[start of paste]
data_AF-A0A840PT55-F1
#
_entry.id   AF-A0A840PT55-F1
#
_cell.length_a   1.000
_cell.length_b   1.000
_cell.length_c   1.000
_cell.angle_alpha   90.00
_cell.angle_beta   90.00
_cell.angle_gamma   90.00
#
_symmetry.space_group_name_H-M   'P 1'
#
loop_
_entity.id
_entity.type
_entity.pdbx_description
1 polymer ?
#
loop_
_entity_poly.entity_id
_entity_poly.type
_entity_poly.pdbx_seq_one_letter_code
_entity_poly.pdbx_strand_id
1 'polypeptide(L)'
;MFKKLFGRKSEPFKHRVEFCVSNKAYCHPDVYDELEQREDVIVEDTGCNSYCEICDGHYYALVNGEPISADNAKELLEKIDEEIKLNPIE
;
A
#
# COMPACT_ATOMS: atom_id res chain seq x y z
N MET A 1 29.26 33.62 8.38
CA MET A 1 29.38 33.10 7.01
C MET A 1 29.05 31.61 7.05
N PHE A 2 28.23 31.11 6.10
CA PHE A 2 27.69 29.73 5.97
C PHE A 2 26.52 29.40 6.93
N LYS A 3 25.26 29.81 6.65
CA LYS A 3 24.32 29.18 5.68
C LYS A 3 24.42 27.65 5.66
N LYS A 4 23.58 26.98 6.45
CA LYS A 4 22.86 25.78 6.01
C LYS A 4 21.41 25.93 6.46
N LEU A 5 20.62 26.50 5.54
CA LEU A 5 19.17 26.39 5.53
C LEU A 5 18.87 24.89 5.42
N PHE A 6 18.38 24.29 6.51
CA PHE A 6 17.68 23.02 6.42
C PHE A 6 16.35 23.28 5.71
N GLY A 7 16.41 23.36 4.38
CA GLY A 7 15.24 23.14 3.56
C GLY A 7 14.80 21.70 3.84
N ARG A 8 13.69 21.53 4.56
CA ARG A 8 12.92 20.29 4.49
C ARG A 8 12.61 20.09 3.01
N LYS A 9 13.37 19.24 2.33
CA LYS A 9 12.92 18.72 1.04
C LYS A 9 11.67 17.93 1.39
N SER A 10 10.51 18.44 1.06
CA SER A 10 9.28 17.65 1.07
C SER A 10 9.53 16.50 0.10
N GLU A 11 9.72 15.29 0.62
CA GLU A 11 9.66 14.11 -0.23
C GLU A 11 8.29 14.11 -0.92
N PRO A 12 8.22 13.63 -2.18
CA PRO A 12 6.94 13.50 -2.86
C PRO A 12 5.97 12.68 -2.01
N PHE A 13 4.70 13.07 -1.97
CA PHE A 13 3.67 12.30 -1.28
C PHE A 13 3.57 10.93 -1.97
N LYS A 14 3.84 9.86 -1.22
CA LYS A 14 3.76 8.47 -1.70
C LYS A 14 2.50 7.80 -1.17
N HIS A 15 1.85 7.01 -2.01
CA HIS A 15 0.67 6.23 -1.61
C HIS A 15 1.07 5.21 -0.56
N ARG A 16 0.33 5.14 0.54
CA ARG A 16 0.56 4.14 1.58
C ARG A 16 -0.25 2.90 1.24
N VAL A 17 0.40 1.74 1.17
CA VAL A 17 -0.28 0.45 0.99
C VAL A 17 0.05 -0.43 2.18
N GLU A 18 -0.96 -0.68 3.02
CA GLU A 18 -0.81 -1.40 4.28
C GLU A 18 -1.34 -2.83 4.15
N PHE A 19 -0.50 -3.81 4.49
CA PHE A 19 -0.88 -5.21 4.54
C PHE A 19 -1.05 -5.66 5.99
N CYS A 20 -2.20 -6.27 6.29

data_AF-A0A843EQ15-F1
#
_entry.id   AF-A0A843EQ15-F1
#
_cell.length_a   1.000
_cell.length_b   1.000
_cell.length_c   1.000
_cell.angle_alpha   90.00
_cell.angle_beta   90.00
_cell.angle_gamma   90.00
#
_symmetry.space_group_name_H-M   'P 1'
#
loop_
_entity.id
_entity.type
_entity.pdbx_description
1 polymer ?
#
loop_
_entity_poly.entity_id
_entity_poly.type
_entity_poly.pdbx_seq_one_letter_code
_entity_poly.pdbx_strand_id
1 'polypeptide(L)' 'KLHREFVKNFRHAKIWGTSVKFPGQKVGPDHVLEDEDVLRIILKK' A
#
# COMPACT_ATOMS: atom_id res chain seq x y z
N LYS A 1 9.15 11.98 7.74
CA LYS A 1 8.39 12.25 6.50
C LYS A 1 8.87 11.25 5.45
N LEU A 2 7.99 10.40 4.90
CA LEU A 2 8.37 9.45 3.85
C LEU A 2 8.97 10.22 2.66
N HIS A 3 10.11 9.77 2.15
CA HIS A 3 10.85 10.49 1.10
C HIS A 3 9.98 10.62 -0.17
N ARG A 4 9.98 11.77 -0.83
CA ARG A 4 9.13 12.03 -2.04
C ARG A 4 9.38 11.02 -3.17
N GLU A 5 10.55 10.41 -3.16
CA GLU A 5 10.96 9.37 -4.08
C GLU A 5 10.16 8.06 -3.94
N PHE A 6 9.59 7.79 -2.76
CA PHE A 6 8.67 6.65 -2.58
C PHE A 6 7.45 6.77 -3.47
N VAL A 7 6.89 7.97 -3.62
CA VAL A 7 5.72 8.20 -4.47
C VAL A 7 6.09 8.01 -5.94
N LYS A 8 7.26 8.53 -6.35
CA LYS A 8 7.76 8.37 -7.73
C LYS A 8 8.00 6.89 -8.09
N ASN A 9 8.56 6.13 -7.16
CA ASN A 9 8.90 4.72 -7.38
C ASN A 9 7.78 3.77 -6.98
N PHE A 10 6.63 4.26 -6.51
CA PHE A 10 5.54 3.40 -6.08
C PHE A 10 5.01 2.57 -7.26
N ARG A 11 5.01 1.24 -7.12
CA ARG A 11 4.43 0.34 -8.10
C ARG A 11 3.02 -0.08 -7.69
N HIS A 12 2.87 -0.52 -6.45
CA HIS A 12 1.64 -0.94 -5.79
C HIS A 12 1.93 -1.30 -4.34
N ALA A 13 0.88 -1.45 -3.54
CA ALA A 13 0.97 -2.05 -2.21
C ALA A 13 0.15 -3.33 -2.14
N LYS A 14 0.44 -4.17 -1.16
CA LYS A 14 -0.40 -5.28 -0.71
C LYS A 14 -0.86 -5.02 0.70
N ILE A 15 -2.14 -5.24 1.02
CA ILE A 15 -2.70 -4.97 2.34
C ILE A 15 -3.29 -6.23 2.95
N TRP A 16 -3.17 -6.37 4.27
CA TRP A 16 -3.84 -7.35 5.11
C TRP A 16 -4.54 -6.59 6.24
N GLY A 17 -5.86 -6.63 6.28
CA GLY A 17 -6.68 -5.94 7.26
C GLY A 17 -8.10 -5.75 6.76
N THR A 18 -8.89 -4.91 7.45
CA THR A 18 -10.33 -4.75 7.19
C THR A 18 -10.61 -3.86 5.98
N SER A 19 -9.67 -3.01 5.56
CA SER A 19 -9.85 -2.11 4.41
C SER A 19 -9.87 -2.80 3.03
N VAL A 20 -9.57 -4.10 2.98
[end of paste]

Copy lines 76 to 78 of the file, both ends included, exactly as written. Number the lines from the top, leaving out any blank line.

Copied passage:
N ARG A 16 0.33 5.14 0.54
CA ARG A 16 0.56 4.14 1.58
C ARG A 16 -0.25 2.90 1.24